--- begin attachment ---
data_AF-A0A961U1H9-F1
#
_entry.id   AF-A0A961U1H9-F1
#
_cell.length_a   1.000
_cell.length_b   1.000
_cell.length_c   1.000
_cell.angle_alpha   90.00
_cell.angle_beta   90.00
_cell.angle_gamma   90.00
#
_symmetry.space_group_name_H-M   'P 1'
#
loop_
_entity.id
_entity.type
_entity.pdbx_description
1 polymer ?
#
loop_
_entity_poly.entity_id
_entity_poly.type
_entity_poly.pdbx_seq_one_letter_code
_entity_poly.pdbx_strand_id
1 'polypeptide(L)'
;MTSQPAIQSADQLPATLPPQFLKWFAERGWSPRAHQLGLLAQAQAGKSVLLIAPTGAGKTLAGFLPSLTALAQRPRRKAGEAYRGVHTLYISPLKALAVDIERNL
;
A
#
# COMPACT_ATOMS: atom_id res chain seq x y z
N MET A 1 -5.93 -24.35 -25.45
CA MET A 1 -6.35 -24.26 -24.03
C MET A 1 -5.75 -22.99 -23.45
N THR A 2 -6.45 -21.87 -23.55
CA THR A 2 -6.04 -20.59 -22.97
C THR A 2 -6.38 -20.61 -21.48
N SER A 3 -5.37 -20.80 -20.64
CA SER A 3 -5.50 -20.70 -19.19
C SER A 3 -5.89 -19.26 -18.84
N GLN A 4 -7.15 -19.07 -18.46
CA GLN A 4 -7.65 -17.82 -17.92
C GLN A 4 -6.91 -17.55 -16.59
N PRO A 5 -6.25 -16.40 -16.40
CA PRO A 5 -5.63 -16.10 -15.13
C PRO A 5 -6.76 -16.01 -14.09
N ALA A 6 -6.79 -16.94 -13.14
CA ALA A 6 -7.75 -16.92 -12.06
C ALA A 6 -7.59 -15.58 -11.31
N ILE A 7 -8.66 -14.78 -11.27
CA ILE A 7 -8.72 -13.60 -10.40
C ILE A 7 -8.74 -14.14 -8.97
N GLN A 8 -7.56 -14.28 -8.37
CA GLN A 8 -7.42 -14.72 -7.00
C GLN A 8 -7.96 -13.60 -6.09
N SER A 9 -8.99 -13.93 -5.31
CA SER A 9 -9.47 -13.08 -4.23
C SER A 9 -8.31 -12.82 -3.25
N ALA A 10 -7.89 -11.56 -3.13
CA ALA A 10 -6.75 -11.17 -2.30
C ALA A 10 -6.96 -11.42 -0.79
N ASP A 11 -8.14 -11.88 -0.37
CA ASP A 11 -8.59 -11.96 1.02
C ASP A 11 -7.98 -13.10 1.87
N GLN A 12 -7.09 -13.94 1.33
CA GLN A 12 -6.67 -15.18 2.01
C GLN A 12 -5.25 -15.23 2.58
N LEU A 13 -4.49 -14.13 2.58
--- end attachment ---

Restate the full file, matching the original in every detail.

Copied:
data_AF-A0A961U1H9-F1
#
_entry.id   AF-A0A961U1H9-F1
#
_cell.length_a   1.000
_cell.length_b   1.000
_cell.length_c   1.000
_cell.angle_alpha   90.00
_cell.angle_beta   90.00
_cell.angle_gamma   90.00
#
_symmetry.space_group_name_H-M   'P 1'
#
loop_
_entity.id
_entity.type
_entity.pdbx_description
1 polymer ?
#
loop_
_entity_poly.entity_id
_entity_poly.type
_entity_poly.pdbx_seq_one_letter_code
_entity_poly.pdbx_strand_id
1 'polypeptide(L)'
;MTSQPAIQSADQLPATLPPQFLKWFAERGWSPRAHQLGLLAQAQAGKSVLLIAPTGAGKTLAGFLPSLTALAQRPRRKAGEAYRGVHTLYISPLKALAVDIERNL
;
A
#
# COMPACT_ATOMS: atom_id res chain seq x y z
N MET A 1 -5.93 -24.35 -25.45
CA MET A 1 -6.35 -24.26 -24.03
C MET A 1 -5.75 -22.99 -23.45
N THR A 2 -6.45 -21.87 -23.55
CA THR A 2 -6.04 -20.59 -22.97
C THR A 2 -6.38 -20.61 -21.48
N SER A 3 -5.37 -20.80 -20.64
CA SER A 3 -5.50 -20.70 -19.19
C SER A 3 -5.89 -19.26 -18.84
N GLN A 4 -7.15 -19.07 -18.46
CA GLN A 4 -7.65 -17.82 -17.92
C GLN A 4 -6.91 -17.55 -16.59
N PRO A 5 -6.25 -16.40 -16.40
CA PRO A 5 -5.63 -16.10 -15.13
C PRO A 5 -6.76 -16.01 -14.09
N ALA A 6 -6.79 -16.94 -13.14
CA ALA A 6 -7.75 -16.92 -12.06
C ALA A 6 -7.59 -15.58 -11.31
N ILE A 7 -8.66 -14.78 -11.27
CA ILE A 7 -8.72 -13.60 -10.40
C ILE A 7 -8.74 -14.14 -8.97
N GLN A 8 -7.56 -14.28 -8.37
CA GLN A 8 -7.42 -14.72 -7.00
C GLN A 8 -7.96 -13.60 -6.09
N SER A 9 -8.99 -13.93 -5.31
CA SER A 9 -9.47 -13.08 -4.23
C SER A 9 -8.31 -12.82 -3.25
N ALA A 10 -7.89 -11.56 -3.13
CA ALA A 10 -6.75 -11.17 -2.30
C ALA A 10 -6.96 -11.42 -0.79
N ASP A 11 -8.14 -11.88 -0.37
CA ASP A 11 -8.59 -11.96 1.02
C ASP A 11 -7.98 -13.10 1.87
N GLN A 12 -7.09 -13.94 1.33
CA GLN A 12 -6.67 -15.18 2.01
C GLN A 12 -5.25 -15.23 2.58
N LEU A 13 -4.49 -14.13 2.58